A hundred people participated in a copyright event



The European Parliament and Council Directive on copyright in the digital single market, according to Pirates, contains two very problematic articles. Article 11 recommends that Member States introduce a link tax that allows publishers to charge a fee for a simple reference or an example of the article. "Article 11 is designed to ensure that Google News, Facebook, Wikipedia, Twitter or the Czech list of links with the previews of the articles pay publishers a fee," Tomáš Martínek (Pirates) said today. But it would probably reduce the profits of publishers themselves if these large platforms decided to refer to news sites for example that should not be published.

According to the chairman of the party, Ivan Bartoš, it is mainly a business dispute. "I'm sorry if the business models and efforts to make money are passed on to laws," he added.

The publishers' union said the pirates were raising their voice against improving the copyright protection of artists, composers, film and television producers and against all publishers and publishers. "They remain aware of the interests of technology giants – Google, Facebook and other digital platforms," ​​the union said in a press release.

For example, the proposal is supported by MEP Pavel Svoboda (KDU-ČSL). European copyright law has been "faded around 2000 by technologies such as satellite or cable broadcasts", but there is no copyright-protected work available. "That is exactly the purpose of this directive – to adapt the law to the internet environment," Svoboda said at the beginning of July. According to him, it can not be ruled out that this may result in some limitations of the current situation. "It's not about censorship," he said.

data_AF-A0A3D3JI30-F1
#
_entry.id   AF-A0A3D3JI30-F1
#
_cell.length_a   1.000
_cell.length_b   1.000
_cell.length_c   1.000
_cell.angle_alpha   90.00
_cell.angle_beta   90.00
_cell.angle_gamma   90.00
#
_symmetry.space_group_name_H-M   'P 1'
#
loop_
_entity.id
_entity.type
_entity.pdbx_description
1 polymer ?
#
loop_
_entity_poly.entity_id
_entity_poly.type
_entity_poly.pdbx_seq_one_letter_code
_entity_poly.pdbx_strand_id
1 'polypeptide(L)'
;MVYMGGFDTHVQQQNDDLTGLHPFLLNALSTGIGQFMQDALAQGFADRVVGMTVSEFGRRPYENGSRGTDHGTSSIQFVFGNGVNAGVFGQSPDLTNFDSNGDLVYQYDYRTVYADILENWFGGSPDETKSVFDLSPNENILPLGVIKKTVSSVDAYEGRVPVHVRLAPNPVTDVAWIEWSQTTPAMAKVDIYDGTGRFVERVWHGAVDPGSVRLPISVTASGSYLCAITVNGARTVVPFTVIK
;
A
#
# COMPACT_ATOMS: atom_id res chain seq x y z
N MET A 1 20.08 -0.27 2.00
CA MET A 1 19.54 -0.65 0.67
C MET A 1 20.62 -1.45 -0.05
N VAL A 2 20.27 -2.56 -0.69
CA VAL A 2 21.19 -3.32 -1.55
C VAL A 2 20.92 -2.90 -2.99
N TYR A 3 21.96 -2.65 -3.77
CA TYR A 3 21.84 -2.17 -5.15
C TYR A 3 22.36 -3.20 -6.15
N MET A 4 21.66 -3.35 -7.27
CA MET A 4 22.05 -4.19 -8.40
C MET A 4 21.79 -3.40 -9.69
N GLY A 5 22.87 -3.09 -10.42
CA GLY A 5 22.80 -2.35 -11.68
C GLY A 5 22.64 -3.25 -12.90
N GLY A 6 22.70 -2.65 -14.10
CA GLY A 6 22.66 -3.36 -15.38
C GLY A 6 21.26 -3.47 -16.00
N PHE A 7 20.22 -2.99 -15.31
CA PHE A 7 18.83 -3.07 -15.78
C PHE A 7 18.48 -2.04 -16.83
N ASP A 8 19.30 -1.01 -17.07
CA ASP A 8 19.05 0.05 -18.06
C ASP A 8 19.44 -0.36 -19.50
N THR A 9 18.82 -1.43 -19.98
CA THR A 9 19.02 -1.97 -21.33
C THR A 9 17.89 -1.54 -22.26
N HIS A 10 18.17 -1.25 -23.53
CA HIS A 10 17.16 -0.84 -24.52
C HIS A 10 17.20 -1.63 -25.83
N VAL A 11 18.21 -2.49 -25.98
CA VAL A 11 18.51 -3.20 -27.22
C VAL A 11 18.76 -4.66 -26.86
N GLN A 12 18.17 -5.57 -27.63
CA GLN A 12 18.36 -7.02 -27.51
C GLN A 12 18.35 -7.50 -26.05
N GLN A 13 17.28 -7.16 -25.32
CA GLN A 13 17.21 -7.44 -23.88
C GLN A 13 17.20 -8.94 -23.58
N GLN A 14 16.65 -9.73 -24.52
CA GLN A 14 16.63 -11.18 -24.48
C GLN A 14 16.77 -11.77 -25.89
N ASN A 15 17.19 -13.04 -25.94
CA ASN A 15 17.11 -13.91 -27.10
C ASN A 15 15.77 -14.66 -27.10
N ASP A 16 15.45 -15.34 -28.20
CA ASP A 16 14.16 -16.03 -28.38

According to the pirate, Article 13 poses an even greater risk and compels service providers such as Google or various forums where data can be stored to actively scan files against a central database of authors' works. In essence, this requirement implies the introduction of automated filters that small companies can not use. The interpretation of the proposed directive Pirates and other critics, according to the executive director of the Union of Publishers Václav Mach, are false. The reform aims to strike a balance between the interests of all parties involved in the value chain on the internet.

"Rights are violated today, especially by companies such as Google or Facebook, and we believe journalists need protection similar to musicians, and they deserve compensation for such violations," publishers said in a letter under Reflex.cz is the head of the Czech news center, Libuše Šmuclerová, the Economia publishing house Roman Latuske, Petr Marek of the Vltava Labe Media and another 13 people.

On the other hand, List.cz refuses the operation. According to him, copyright protection is already sufficient, although law enforcement often lags behind legislative reality. "Article 11 is primarily a threat to users and readers who would not receive such a wide range of news content as now, after it has been approved in a version approved by the Legal Committee of the European Parliament," said Věra Průchová, a specialist for contact with the public administration of Seznam.cz. A similar provision was introduced in Spain and Germany and did not achieve the desired result in one of these countries. For the company itself, however, the directive is not a big risk. "List.cz is not just a search engine that is related to the content of others, but an important media company, including its own successful news list," she added. Although the company believes that these articles are problematic, it is necessary to harmonize copyright throughout the Union.

Chairman of the Board of Directors of Mafra Publishing House Štěpán Košík CTK said that the group is leading the internal debate, its opinion will be published next week. The Protective Association did not want to comment on the situation.


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